Nwangwu, adviser to the Mayor of Houston (the 4th largest city in the U.S., and immigrant home to thousands of Africans) argued further that "the issues of the heritage interests of 35 million African-Americans in Africa, the volume and value of oil business between between the U.S and Nigeria and the horrendous AIDS crisis in Africa do not lend any basis for Governor Bush's ill-advised position which removes Africa from fair consideration" were he to be elected president.
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The Middle East and the Isle Of Polyphemus. By Prof. Wole Soyinka.
The irrationalities of the Israeli government and the United States have been mind-boggling - they would be ludicrous if they were not fraught with such predictable tragic consequences. Their insistence for instance, at the early stages of the recent intifada, that the Palestinians observe at least a week of violence-free moratorium before peace talks could begin, was surely apparent to all beings with a claim to reasoning - except those two world leaders - as a demand of unbelievable infantilism, long before Sharon recognised and acknowledged its futility. What my brief stay among ordinary Palestinians did was simply to compel me to revisit that, and allied policy statements by the Israeli government, promoted with such galling insensitivity by the United States government.... Numerous were the accounts of women who gave birth at checkpoints because of the inflexible control that was exercised over the movements of ordinary people, of deaths that occurred right within ambulances that were trapped in convoys or at checkpoints.... Was I sufficiently detached during this visit? Of course. And then again, of course not. It is not possible to take a purely clinical, objective view of the situation in Palestine. When human beings are being blown up in restaurants, in hotels, and especially with a singularly grotesque sense of timing - while sitting down to a holy feast, such as the Passover - one experiences both rage and horror at the perpetrators.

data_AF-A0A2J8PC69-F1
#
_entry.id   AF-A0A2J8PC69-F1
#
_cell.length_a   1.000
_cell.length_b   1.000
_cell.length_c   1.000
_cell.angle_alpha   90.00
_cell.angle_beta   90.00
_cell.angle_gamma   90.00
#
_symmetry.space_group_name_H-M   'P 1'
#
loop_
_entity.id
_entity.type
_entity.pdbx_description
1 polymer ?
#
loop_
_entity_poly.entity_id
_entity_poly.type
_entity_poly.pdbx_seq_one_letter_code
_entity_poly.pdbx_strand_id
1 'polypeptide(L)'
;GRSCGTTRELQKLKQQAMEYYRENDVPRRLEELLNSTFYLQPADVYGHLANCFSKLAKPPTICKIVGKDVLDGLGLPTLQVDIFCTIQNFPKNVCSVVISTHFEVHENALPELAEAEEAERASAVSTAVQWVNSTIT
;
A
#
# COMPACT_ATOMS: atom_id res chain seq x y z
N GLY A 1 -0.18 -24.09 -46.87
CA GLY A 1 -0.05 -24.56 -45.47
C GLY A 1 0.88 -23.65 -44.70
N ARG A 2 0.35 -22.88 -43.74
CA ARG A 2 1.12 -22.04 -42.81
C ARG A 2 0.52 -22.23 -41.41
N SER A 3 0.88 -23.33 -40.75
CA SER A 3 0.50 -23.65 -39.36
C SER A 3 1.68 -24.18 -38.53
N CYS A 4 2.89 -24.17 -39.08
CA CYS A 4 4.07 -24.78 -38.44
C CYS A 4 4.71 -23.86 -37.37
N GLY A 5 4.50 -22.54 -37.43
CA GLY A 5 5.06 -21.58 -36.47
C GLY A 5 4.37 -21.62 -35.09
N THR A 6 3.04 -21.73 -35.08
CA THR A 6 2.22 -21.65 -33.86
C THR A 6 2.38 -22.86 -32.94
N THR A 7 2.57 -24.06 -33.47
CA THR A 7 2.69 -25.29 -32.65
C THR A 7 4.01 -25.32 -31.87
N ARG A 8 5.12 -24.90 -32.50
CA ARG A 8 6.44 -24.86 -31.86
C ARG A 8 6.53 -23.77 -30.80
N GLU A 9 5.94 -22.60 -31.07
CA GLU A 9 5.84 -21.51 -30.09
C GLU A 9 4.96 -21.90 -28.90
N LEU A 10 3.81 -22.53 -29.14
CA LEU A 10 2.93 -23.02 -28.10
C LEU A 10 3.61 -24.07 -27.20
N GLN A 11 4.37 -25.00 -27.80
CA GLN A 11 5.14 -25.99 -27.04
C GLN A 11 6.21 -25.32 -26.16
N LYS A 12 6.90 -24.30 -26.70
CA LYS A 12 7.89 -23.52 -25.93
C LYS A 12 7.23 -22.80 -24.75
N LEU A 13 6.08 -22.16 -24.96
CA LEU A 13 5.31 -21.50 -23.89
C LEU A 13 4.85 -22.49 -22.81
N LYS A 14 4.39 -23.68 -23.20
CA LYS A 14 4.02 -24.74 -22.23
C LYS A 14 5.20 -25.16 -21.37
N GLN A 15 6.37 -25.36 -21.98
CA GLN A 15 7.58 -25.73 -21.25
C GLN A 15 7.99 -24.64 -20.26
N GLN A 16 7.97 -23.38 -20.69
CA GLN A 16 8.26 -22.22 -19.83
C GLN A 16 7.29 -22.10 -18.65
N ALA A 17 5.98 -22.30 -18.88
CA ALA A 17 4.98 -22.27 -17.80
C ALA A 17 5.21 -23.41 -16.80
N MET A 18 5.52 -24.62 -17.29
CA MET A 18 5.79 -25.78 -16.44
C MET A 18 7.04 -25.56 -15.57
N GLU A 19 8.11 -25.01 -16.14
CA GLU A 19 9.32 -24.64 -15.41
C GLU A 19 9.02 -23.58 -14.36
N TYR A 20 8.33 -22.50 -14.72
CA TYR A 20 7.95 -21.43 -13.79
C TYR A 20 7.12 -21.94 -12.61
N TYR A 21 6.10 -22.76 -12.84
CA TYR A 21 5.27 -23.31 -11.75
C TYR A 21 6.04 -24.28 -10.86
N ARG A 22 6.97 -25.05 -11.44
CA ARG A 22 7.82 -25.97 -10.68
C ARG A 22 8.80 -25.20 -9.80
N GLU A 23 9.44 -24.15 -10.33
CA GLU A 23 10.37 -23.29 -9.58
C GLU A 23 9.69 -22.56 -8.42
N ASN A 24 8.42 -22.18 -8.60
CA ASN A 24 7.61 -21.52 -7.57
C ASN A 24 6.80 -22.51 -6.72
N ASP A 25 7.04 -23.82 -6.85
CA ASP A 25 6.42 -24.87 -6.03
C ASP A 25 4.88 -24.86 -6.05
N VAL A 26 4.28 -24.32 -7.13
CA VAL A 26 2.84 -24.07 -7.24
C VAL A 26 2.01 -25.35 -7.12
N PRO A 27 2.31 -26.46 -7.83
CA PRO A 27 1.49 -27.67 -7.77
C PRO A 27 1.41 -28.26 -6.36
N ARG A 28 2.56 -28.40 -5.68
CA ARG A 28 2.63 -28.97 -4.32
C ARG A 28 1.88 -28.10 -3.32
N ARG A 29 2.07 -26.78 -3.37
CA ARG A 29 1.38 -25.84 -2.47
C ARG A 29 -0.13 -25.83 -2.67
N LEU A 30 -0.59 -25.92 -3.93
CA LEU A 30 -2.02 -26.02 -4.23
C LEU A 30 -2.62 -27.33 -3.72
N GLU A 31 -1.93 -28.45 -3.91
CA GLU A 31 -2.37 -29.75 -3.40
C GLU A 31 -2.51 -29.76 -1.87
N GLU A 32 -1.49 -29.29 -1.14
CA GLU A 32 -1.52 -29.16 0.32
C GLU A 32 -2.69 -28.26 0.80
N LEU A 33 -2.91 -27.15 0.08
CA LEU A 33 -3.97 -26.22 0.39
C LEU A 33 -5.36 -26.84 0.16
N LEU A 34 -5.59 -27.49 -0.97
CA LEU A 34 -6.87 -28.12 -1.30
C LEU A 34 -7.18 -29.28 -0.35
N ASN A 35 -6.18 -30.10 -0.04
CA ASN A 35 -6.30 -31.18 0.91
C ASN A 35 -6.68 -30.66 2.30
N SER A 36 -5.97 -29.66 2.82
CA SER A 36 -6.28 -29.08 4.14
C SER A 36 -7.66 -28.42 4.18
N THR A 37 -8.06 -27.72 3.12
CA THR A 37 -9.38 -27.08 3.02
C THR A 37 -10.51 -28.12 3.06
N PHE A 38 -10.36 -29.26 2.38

Arafat's duplicity, terrorism at the heart of Israeli-Palestinian crises. By Barry Rubin: In other words, for Arafat the gun is permanent, while the olive branch is a secondary tool which he will use simultaneously only if others pay him off. This philosophy has not changed. By rejecting a compromise agreement two years ago, he reaffirmed that he does not seek peace, but victory. Only when victory seems out of reach - as it did in 1993 when he was in a disastrous situation - would he even begin to think, albeit perhaps temporarily and incompletely, about taking another route. Israel must show him that he cannot win victory, that he faces a choice between compromise and catastrophe. Even then, and not for the first time, he might choose catastrophe (which he can then claim as a heroic victory). We are getting closer to that moment.
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Out of Africa. The cock that crows in the morning belongs to one household but his voice is the property of the neighborhood. -- Chinua Achebe, Anthills of the Savannah. An editor carries on his crusade against public corruption and press censorship in his native Nigeria and other African countries. By John Suval.
POLITICS: Obasanjo declares he'll run for 2nd term: "I have decided that it is best that I make myself available as a presidential candidate in the 2003 elections" on April 25, 2002, in Abuja. With those words, Nigeria's President, he 65-year-old retired Gen. Olusegun Obasanjo, announced that he will seek a second, historic term. The elections will be in the first quarter of next year.